This talk will provide an overview of the LibSass implementation and how to use it, as well as a quasi-narrative of the various development hurdles – both technological and social – that arose, and how we overcame them.
If I say "UX," you probably think about personas, wireframes, and design dark patterns, but this talk isn't about that. This talk is about how your choices as developers make or break the user experience of an app.
We're not all lucky enough to have a team of copywriters and coding unicorn designers to help us make our site flawless. Luckily, we're not all as bad off as this error message floating around on Twitter:
"Are you sure you want to cancel this action? Click 'OK' to cancel the current action or 'Cancel' to continue."
Performance, language, clean, commented and modular code, semantics, interactivity, workflow, and testing are all pieces of the puzzle that is a delightful experience. Everyone who works on your site is responsible for the user experience. We'll discuss some real-world examples that you can do in your day to day job to make your app be all, I woke up like this.
\O/ w00t! You eat, breathe, love Sass. You have everyone at your company using it. You even write badass Compass extensions and the Internets luv u. And you've managed to do it all without being a Sasshole.
Yes, Sass is awesome. We love functions, mixins, writing less crappy CSS and finally getting to program as programmers do. What if I told you there's more to Sass than ridiculously easy media queries and harmonious typography? What if I told you that Sass' true power, its true prowess, isn't in its control directives or magical ampersand?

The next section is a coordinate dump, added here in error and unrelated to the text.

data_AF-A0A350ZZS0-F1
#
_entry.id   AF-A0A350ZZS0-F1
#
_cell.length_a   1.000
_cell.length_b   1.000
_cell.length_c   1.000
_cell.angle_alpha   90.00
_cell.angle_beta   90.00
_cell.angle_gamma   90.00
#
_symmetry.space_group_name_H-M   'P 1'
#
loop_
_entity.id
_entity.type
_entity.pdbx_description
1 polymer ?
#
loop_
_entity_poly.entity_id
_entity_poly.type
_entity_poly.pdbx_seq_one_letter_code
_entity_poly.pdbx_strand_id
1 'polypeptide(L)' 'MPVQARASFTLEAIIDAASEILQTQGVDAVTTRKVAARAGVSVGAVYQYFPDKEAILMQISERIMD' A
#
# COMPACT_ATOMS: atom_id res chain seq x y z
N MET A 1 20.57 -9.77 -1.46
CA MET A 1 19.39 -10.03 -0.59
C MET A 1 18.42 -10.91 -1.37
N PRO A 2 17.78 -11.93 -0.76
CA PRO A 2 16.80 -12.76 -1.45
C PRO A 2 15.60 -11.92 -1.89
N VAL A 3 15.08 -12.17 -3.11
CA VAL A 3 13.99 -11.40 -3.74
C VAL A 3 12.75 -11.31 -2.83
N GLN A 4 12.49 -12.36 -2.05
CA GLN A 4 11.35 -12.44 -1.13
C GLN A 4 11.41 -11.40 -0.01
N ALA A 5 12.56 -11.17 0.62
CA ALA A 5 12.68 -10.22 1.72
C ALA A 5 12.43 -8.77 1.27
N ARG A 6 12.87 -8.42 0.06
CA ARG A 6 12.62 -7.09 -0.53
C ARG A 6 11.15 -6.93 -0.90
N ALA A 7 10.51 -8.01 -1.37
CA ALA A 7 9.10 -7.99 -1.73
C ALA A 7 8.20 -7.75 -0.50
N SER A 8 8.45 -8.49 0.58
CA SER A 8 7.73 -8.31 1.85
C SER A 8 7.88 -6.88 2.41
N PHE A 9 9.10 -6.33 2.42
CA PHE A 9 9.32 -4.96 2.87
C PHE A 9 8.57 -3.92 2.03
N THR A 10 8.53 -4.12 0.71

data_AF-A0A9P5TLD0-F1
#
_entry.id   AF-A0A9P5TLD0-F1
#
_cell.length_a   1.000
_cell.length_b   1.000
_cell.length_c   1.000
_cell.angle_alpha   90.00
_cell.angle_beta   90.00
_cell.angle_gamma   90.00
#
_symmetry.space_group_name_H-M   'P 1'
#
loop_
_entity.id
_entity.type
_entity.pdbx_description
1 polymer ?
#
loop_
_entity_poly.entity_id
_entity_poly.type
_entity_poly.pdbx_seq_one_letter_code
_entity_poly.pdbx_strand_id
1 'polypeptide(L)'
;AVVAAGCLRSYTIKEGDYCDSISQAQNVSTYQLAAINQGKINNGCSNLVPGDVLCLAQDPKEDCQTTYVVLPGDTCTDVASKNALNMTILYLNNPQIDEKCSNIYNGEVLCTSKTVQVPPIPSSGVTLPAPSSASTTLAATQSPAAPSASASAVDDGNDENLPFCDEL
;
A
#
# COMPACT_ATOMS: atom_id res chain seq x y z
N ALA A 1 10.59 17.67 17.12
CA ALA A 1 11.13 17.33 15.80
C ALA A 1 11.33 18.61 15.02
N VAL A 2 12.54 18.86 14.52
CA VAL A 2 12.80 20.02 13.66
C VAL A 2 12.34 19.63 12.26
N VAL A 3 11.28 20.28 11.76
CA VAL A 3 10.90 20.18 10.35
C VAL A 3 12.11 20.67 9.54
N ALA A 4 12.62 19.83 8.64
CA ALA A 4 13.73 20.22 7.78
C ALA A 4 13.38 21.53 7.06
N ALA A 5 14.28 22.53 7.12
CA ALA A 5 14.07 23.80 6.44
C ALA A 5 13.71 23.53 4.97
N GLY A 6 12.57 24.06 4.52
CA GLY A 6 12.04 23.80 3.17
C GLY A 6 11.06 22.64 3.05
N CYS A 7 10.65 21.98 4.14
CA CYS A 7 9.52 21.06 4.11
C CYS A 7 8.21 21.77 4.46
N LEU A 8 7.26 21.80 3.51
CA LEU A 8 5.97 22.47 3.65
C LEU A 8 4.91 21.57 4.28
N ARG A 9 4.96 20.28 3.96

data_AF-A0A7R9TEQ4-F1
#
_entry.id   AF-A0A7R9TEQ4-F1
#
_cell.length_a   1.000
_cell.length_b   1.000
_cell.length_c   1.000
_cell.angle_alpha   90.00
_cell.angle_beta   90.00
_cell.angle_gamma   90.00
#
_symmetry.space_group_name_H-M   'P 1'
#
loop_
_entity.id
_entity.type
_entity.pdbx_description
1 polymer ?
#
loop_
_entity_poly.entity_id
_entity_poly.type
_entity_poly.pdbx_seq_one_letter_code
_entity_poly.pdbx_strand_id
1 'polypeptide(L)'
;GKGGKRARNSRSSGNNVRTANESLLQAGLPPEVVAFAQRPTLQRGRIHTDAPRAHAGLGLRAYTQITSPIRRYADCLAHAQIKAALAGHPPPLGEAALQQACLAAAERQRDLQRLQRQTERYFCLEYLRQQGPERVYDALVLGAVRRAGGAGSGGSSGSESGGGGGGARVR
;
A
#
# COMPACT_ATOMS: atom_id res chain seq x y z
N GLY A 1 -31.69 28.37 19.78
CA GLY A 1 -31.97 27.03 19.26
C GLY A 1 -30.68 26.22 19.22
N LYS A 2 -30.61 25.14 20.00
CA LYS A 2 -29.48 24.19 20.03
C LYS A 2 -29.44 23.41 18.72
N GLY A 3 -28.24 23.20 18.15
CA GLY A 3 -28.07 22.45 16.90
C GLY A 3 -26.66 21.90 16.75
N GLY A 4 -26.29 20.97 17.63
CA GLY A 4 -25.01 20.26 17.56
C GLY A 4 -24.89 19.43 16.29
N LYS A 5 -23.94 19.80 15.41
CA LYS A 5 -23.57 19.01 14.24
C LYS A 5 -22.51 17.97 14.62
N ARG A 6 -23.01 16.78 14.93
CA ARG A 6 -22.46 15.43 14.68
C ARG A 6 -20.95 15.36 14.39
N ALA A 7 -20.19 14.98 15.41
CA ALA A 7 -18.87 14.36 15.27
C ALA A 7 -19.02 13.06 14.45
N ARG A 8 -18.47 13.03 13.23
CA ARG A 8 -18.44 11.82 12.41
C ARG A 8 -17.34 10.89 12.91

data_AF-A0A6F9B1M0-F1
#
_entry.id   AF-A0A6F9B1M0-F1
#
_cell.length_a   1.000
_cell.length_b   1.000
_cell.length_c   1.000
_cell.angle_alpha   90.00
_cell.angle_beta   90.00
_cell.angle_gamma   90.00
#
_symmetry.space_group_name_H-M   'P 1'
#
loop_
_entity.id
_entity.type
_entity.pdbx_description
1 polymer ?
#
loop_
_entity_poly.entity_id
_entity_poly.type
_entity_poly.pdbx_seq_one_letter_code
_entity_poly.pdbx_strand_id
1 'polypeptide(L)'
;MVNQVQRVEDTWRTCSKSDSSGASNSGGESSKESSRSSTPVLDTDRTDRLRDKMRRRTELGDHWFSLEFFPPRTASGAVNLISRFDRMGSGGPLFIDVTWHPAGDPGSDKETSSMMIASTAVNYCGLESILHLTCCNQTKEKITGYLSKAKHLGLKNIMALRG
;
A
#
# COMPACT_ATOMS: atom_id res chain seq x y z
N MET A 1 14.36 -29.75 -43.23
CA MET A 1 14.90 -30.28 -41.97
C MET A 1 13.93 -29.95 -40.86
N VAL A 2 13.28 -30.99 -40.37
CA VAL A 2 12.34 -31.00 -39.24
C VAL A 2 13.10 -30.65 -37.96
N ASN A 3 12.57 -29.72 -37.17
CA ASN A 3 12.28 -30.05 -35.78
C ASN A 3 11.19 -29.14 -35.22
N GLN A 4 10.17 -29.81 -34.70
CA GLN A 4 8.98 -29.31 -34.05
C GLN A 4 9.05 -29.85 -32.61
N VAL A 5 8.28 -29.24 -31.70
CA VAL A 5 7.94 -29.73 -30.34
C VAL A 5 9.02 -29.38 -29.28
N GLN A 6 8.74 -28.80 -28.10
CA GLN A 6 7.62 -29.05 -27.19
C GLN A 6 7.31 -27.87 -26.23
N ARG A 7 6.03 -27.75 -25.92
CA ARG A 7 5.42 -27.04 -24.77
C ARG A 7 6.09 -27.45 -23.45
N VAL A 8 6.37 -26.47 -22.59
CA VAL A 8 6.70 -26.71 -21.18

Sass is a visionary. This is a talk about the importance of vision(aries) in the context of creating a better web, better products, and a better world.
Are you worried that your style changes will break the current design in unexpected ways? Do you want to show a designer a page you've been working on, before and after your changes? Do you want to be able to quickly look back at how things looked a month or a year ago?
Modifying styles can be very scary. When was the last time you made one page sparkle only to have another page on the other side of the world unexpectedly break? We need better tools to manage this, and we think we've built one.
Diffux [dɪˈfjuːz] is a tool that generates and manages visual diffs of web pages so that you can easily see even the subtlest effects of your code modifications.
After this presentation, you will know how Diffux can save you time and prevent headaches by helping styling problems not affect your production website.
The web is littered with Ikea-style CSS frameworks and opinionated lowest-common-denominator web design tools. But pre-processors like Sass have opened the door for more flexible toolkits, and a thriving open-source community. You don't need to be a "ninja" with 3 million followers and your own clearfix to contribute. You don't even need a clever new idea — just a willingness to share, interact, and learn. Showing and sharing can help your code and your career.
We'll talk about the complete process of building and maintaining open-source Sass extensions. From concept to documentation, testing, licensing, releasing, and contributing to other projects.